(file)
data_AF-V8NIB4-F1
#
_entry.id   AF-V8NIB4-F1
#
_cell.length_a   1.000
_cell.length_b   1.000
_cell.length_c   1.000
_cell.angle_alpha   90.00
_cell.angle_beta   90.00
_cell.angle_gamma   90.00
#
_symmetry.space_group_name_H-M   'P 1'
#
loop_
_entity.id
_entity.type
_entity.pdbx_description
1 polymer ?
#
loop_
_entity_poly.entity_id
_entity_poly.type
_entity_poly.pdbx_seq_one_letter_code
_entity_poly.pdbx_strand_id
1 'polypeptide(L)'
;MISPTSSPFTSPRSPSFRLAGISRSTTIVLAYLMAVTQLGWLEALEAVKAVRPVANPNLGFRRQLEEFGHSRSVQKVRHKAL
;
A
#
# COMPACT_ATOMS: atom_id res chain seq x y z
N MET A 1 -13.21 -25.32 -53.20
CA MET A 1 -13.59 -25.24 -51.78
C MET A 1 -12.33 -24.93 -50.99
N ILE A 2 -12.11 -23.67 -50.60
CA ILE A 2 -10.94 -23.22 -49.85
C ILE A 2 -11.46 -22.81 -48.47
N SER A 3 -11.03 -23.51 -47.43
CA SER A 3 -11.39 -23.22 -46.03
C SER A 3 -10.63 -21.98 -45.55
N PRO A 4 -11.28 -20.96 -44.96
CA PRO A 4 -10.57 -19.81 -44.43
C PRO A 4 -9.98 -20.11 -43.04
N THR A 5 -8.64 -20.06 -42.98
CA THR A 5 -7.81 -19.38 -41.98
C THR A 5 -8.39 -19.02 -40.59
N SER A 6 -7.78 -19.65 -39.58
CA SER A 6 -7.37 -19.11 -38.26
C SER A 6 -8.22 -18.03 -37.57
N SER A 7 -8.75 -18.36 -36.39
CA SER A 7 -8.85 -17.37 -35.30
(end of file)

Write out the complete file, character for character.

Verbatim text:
data_AF-V8NIB4-F1
#
_entry.id   AF-V8NIB4-F1
#
_cell.length_a   1.000
_cell.length_b   1.000
_cell.length_c   1.000
_cell.angle_alpha   90.00
_cell.angle_beta   90.00
_cell.angle_gamma   90.00
#
_symmetry.space_group_name_H-M   'P 1'
#
loop_
_entity.id
_entity.type
_entity.pdbx_description
1 polymer ?
#
loop_
_entity_poly.entity_id
_entity_poly.type
_entity_poly.pdbx_seq_one_letter_code
_entity_poly.pdbx_strand_id
1 'polypeptide(L)'
;MISPTSSPFTSPRSPSFRLAGISRSTTIVLAYLMAVTQLGWLEALEAVKAVRPVANPNLGFRRQLEEFGHSRSVQKVRHKAL
;
A
#
# COMPACT_ATOMS: atom_id res chain seq x y z
N MET A 1 -13.21 -25.32 -53.20
CA MET A 1 -13.59 -25.24 -51.78
C MET A 1 -12.33 -24.93 -50.99
N ILE A 2 -12.11 -23.67 -50.60
CA ILE A 2 -10.94 -23.22 -49.85
C ILE A 2 -11.46 -22.81 -48.47
N SER A 3 -11.03 -23.51 -47.43
CA SER A 3 -11.39 -23.22 -46.03
C SER A 3 -10.63 -21.98 -45.55
N PRO A 4 -11.28 -20.96 -44.96
CA PRO A 4 -10.57 -19.81 -44.43
C PRO A 4 -9.98 -20.11 -43.04
N THR A 5 -8.64 -20.06 -42.98
CA THR A 5 -7.81 -19.38 -41.98
C THR A 5 -8.39 -19.02 -40.59
N SER A 6 -7.78 -19.65 -39.58
CA SER A 6 -7.37 -19.11 -38.26
C SER A 6 -8.22 -18.03 -37.57
N SER A 7 -8.75 -18.36 -36.39
CA SER A 7 -8.85 -17.37 -35.30